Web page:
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Have More Fun: Meditation

Meditation: Sit, breathe, be in the moment

Marinella Sarmiento, an Adams Morgan massage therapist, became involved with meditation eight years ago through the Insight Meditation Community of Washington after a breakup left her searching for more meaning.

Sarmiento practices vipassana, or insight, meditation. It focuses on “anchors” such as breath and movement within the body to, among other things, center yourself in the present, quiet your mind, and relieve stress.

She says learning to sit still and connect with herself was a challenge: “If the present moment is newspaper, think of the mind as a puppy you’re trying to housebreak. Your mind will always leave the paper, and the practice is about bringing the puppy back.”

Many beginner classes start with guided meditation, in which a teacher speaks gently throughout the practice, reminding students to focus on their anchors. Dharma talks—discussions about tenets of Buddhism—often precede or follow the session. Beginner classes usually involve only a 15-to-30-minute meditation; fees are usually suggested donations.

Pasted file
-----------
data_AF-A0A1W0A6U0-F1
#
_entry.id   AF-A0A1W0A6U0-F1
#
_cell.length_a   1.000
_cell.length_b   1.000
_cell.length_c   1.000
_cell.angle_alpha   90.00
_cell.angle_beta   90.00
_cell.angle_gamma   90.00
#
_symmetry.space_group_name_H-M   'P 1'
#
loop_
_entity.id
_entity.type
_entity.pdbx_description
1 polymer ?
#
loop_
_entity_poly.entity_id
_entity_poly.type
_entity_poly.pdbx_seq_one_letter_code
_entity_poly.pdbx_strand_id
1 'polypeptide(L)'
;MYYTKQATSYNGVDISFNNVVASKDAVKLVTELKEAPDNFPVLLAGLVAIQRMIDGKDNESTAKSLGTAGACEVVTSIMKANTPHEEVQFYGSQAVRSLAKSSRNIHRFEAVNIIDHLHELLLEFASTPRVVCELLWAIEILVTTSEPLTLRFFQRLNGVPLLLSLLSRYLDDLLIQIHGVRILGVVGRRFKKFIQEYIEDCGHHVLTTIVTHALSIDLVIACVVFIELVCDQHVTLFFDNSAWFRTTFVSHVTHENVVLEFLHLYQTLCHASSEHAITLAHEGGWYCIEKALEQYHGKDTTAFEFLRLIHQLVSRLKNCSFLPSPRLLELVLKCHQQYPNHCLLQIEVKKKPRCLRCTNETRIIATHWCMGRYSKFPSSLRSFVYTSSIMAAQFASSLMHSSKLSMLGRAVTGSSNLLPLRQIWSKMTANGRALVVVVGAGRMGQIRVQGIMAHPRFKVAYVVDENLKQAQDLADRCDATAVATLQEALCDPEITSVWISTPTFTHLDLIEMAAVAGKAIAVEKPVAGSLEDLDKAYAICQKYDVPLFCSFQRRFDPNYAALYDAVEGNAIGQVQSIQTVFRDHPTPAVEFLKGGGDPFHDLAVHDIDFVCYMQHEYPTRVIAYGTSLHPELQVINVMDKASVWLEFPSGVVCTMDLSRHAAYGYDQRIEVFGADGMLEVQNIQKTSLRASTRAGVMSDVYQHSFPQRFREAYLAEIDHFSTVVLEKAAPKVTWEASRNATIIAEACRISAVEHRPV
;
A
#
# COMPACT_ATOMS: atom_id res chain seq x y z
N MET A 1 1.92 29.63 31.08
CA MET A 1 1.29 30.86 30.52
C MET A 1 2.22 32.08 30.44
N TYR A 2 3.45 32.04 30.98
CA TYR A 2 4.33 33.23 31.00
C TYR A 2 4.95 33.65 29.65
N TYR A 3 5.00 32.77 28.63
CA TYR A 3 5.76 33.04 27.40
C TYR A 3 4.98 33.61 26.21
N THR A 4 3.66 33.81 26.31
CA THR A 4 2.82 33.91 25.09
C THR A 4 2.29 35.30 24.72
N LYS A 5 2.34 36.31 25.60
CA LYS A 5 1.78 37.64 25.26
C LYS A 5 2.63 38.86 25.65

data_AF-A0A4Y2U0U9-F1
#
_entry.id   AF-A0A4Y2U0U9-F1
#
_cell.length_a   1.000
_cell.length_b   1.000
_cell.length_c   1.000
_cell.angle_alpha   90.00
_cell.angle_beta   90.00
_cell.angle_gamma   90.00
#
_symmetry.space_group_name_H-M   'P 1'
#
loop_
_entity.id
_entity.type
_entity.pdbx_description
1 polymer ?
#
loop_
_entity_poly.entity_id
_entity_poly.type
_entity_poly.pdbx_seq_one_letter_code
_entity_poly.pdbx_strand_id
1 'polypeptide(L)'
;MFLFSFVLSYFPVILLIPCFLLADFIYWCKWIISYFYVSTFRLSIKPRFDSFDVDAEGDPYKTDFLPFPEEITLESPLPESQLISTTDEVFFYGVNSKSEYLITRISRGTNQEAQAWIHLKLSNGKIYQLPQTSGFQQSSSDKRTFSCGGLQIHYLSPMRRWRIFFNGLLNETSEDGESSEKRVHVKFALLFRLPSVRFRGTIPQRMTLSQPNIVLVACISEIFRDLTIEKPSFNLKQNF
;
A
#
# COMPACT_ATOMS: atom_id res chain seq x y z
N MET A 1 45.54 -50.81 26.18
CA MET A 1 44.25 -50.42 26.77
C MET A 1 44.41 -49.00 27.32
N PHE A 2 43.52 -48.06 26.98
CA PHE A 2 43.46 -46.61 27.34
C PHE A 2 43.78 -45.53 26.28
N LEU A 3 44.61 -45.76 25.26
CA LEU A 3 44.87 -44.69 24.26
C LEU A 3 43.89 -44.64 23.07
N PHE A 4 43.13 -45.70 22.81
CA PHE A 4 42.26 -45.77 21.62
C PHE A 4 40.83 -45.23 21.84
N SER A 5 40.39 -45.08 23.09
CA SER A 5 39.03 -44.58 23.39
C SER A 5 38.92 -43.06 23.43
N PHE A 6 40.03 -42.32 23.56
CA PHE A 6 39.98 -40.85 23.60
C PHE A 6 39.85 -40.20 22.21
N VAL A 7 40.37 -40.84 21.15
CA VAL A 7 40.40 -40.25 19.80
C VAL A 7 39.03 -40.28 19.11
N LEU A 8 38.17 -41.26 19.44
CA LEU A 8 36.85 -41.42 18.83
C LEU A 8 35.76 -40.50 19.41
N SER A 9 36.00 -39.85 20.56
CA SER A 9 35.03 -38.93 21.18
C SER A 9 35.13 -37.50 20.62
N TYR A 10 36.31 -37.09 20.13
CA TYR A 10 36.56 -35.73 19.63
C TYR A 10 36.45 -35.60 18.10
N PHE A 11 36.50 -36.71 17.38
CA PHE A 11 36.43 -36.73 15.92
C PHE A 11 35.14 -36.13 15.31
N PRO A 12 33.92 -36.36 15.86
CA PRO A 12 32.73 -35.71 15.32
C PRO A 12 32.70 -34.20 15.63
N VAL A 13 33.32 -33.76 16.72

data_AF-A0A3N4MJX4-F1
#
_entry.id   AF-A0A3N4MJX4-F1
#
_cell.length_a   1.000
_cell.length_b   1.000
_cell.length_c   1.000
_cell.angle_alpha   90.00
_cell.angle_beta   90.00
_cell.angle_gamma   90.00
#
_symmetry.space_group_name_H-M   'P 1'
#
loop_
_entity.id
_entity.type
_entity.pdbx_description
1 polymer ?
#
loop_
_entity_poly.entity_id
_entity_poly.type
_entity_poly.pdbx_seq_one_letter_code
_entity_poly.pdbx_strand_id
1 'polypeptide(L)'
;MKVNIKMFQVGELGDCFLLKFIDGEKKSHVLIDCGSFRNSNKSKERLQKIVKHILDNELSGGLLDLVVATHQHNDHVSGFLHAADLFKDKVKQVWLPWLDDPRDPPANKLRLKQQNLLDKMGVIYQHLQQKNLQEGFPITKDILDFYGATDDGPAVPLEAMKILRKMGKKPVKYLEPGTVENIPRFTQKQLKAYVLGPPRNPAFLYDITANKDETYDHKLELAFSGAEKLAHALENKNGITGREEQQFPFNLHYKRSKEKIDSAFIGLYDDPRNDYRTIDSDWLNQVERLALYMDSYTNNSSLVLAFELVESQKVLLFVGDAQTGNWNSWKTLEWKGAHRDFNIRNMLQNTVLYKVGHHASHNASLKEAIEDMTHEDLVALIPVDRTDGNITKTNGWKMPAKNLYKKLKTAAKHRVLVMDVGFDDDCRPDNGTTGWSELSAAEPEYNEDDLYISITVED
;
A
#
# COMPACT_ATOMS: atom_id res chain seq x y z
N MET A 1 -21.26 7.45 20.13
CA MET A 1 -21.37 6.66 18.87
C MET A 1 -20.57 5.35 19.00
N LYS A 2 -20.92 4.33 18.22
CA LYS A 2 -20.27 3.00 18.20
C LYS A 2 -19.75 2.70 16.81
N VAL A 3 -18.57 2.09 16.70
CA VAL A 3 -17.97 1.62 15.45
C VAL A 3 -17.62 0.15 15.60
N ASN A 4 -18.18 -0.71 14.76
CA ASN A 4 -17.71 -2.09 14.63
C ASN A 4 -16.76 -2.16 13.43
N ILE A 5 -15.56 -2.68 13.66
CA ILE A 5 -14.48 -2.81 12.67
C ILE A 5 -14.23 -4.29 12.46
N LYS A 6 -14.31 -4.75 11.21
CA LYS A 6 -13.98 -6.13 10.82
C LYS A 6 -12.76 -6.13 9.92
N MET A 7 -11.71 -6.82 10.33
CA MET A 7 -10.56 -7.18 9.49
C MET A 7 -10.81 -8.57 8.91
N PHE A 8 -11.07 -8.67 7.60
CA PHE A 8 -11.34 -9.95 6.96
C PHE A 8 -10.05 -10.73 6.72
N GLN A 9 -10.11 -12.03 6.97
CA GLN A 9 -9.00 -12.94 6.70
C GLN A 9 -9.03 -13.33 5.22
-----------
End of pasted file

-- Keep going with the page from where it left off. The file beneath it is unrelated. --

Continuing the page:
Wednesday nights from 7:30 to 9, the Insight Meditation Community of Washington (202-986-2922; imcw.org) offers a Vipassana meditation class at Bethesda’s River Road Unitarian Church (6301 River Road) with teacher and author Tara Brach; an orientation for newcomers takes place at 7. (No classes in August.) A donation of $10 to $15 is suggested. Other classes and programs are offered there and throughout the area.

The Washington Mindfulness Community (mindfulnessdc.org) —a group devoted to the Buddhist teachings of Vietnamese Zen master and peace activist Thich Nhat Hanh—holds a Sunday sitting and walking meditation at the Washington Buddhist Vihara (5017 16th St., NW) from 7 to 8 pm, with a dharma discussion at 8 and socializing at 9. Newcomer orientation takes place the last Sunday of the month at 6.

Other organizations offering classes, retreats, and informative Web sites include Vajrayogini Buddhist Center (202-331-2122; meditation-dc.org) and Shambhala Meditation Center of Washington, DC (301-588-7020; dc.shambhala.org) .

—McLean Robbins

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